The STaRS (Starting Right at Schools) program was a research intervention designed to foster positive gender norms and improve sexual and reproductive health (SRH) outcomes of very young adolescents living in urban poor settlements. The target population was in-school very young adolescents in Grades 5 and 6 and their parents. The study was designed to have a baseline survey, an intervention co-created with school communities, and an endline survey to evaluate the intervention as detailed in the baseline report. Informed by results from the baseline survey, the program was initially designed as a school-based intervention to be implemented in public day primary schools in Viwandani informal settlement, Nairobi. However, due to the Covid-19 pandemic that led to the protracted closure of schools and the banning of mass gatherings it was not feasible to have the intervention delivered face to face. To continue with the implementation we had to rethink an alternative way to deliver the interventions that would conform to the Covid-19 regulations then and still get to reach our target population. Upon wide consultation with a range of stakeholders including community leaders, radio would turn out to be a potential medium of delivery. This necessitated a revision to community-based interventions aired through a local radio station.
The implementation process was community-centered leveraging available community resources to redesign and implement the program. This involved working with a community radio station, Ruben FM, where the program was aired; a local community-based organization (CBO), U-tena that supported the redesigning and implementation of the intervention, and the community leaders and teachers who mobilized the target participants to listen to the program. Given that the program had already been designed albeit for a face-to-face audience we had to repackage it in order to fit a radio program. Each week, the APHRC study team, together with the radio presenter and session facilitators from U-Tena held 2-day meetings to develop content for the radio session to be aired in the week. The content review meetings were important to ensure: i) the radio presenter and the facilitators were conversant with the discussion topics, ii) a well-structured session; iii) that content aired was suitable for adolescents, parents, and the general population. We also developed a rigorous community mobilization strategy which was led by the community leaders and consisted of door-to-door sensitization about the radio program in the study community and consistent reminders to listen to the radio program. In addition, the teachers contacted parents of the initial target school via SMS informing them about the program and subsequently reminding them and the young adolescents to listen to the program.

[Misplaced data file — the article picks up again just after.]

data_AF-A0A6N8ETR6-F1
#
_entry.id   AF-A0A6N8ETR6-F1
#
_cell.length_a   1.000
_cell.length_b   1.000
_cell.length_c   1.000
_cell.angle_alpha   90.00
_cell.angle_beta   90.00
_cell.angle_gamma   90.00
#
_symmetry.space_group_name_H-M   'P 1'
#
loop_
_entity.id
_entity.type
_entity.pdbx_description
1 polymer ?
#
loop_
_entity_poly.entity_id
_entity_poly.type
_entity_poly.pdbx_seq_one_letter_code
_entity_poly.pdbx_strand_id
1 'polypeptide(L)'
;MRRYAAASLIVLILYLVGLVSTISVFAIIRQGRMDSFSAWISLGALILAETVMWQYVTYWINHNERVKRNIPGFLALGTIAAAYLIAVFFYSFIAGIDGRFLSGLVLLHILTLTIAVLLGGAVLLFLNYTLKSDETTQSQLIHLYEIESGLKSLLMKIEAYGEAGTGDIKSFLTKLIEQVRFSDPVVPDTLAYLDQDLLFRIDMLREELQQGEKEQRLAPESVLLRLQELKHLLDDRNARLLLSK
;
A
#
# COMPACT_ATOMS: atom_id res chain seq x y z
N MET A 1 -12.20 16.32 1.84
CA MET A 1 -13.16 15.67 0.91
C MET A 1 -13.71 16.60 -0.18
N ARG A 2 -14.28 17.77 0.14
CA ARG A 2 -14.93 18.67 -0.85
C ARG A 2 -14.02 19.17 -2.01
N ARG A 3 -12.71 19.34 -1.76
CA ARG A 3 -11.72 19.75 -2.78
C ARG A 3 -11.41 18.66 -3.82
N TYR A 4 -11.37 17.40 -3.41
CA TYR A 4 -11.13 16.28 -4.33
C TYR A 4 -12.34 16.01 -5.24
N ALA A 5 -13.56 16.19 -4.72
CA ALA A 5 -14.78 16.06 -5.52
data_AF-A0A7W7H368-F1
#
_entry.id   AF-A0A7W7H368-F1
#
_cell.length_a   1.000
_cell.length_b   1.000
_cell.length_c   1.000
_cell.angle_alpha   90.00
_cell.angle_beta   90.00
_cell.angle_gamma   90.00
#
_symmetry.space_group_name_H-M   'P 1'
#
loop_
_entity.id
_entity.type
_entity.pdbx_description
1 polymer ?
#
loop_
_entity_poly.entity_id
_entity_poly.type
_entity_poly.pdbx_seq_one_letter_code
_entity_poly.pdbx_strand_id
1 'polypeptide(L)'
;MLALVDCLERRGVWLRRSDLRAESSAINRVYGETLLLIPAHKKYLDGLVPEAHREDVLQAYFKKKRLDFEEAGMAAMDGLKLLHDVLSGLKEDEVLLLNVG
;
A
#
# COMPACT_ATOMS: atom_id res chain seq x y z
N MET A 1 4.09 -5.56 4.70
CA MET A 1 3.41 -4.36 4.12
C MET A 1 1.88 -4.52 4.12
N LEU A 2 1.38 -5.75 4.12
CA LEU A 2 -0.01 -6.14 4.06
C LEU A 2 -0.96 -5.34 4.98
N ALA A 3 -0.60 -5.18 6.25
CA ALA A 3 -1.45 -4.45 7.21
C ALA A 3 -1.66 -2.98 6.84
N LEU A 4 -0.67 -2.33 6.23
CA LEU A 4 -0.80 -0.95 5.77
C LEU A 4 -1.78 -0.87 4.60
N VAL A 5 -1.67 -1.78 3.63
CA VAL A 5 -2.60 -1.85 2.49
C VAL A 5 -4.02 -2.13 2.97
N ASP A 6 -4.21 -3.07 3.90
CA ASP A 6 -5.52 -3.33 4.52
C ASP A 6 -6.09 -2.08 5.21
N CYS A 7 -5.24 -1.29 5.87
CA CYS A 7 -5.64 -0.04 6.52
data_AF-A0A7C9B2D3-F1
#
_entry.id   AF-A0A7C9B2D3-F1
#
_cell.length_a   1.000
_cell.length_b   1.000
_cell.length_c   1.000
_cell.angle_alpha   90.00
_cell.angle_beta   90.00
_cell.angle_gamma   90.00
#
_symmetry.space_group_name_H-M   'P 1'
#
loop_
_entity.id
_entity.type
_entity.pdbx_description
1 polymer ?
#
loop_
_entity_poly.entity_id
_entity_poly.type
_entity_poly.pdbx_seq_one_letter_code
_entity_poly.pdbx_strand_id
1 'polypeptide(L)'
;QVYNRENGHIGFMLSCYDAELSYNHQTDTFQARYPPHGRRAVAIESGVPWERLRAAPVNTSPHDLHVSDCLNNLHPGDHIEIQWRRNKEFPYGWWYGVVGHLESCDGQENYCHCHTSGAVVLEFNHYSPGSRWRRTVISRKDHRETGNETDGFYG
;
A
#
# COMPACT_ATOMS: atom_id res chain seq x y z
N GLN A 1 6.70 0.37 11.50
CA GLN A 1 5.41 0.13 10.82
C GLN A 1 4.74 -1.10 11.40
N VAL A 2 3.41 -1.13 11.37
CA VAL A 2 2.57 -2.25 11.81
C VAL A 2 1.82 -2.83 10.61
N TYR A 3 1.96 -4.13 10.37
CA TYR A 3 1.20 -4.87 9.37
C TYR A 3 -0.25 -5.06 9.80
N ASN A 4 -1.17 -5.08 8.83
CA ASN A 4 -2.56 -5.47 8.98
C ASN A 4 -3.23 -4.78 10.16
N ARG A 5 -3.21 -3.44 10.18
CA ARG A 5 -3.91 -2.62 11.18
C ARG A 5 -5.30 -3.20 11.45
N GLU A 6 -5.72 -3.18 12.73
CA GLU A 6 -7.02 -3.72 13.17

Seven one-hour sessions covering a range of gender and SRH issues in the community were aired over a period of two months. The structure of each session was a brief introduction (background) on the topic of the day by the session facilitator; a running question around which session discussions were centered; and a skit that featured experiences of young people as they navigated the adolescence stage as well as relationships with their parents during the adolescent period. The session facilitators were mentors drawn from the community and their role was to articulate adolescent gender and SRH issues in a contextually relevant manner that the community was able to relate with. Participants had a chance to call in and participate in live discussions by using a toll-free number. The radio sessions were fun and engaging with adolescents’ and parents’ input obtained through calls and interactions with facilitators during the live radio shows.
The STaRS radio program offered an opportunity to reach a wider audience- beyond the target population- with gender and SRH messaging, and get the community extensively involved in the design of a program that spoke to their needs as a means of ensuring acceptability and sustainability. One of the major challenges the program faced was limited participants’ access to the radio program due to power outages and/or lack of a radio within the household despite most of them being aware of the existence of the program and timings. Also, the timing of the radio sessions did not favor all participants as some were at work when the radio program was aired. Despite these challenges, the radio program listenership was not restricted and thus was able to reach a wider audience than expected.
Though it was difficult to evaluate the program as there were no mechanisms for monitoring whether the potential (adolescents and their parents in the initial study schools) participants listened to the program or not, given that they were required to tune in remotely, findings from our qualitative assessment showed that the program was well received and accepted by the community as a means of reaching parents and adolescents with gender and SRH information.